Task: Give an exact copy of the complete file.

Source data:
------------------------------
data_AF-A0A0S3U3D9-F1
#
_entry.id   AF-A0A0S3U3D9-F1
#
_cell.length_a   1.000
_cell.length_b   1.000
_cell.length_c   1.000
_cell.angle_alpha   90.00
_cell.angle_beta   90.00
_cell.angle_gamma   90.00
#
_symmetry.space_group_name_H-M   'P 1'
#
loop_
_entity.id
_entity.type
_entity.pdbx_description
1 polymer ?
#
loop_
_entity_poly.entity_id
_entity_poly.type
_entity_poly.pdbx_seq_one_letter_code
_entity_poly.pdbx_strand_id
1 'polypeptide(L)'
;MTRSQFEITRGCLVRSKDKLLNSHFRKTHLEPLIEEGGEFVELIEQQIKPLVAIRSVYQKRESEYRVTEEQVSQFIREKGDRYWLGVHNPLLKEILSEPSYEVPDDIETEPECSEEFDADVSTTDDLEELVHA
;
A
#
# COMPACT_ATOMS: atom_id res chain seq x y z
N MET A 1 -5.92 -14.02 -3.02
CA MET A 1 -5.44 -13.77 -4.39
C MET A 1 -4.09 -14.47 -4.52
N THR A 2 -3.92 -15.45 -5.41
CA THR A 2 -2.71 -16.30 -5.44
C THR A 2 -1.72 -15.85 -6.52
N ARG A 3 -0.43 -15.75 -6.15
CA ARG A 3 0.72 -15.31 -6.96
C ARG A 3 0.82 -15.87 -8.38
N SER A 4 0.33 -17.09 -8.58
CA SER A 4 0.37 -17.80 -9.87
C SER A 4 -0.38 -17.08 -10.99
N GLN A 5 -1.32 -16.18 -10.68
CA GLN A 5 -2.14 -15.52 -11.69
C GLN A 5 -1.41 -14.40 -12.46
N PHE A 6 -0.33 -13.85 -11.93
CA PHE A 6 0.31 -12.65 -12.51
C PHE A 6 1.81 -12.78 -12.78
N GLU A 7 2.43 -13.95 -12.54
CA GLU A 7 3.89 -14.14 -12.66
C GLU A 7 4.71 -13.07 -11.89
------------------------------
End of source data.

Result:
data_AF-A0A0S3U3D9-F1
#
_entry.id   AF-A0A0S3U3D9-F1
#
_cell.length_a   1.000
_cell.length_b   1.000
_cell.length_c   1.000
_cell.angle_alpha   90.00
_cell.angle_beta   90.00
_cell.angle_gamma   90.00
#
_symmetry.space_group_name_H-M   'P 1'
#
loop_
_entity.id
_entity.type
_entity.pdbx_description
1 polymer ?
#
loop_
_entity_poly.entity_id
_entity_poly.type
_entity_poly.pdbx_seq_one_letter_code
_entity_poly.pdbx_strand_id
1 'polypeptide(L)'
;MTRSQFEITRGCLVRSKDKLLNSHFRKTHLEPLIEEGGEFVELIEQQIKPLVAIRSVYQKRESEYRVTEEQVSQFIREKGDRYWLGVHNPLLKEILSEPSYEVPDDIETEPECSEEFDADVSTTDDLEELVHA
;
A
#
# COMPACT_ATOMS: atom_id res chain seq x y z
N MET A 1 -5.92 -14.02 -3.02
CA MET A 1 -5.44 -13.77 -4.39
C MET A 1 -4.09 -14.47 -4.52
N THR A 2 -3.92 -15.45 -5.41
CA THR A 2 -2.71 -16.30 -5.44
C THR A 2 -1.72 -15.85 -6.52
N ARG A 3 -0.43 -15.75 -6.15
CA ARG A 3 0.72 -15.31 -6.96
C ARG A 3 0.82 -15.87 -8.38
N SER A 4 0.33 -17.09 -8.58
CA SER A 4 0.37 -17.80 -9.87
C SER A 4 -0.38 -17.08 -10.99
N GLN A 5 -1.32 -16.18 -10.68
CA GLN A 5 -2.14 -15.52 -11.69
C GLN A 5 -1.41 -14.40 -12.46
N PHE A 6 -0.33 -13.85 -11.93
CA PHE A 6 0.31 -12.65 -12.51
C PHE A 6 1.81 -12.78 -12.78
N GLU A 7 2.43 -13.95 -12.54
CA GLU A 7 3.89 -14.14 -12.66
C GLU A 7 4.71 -13.07 -11.89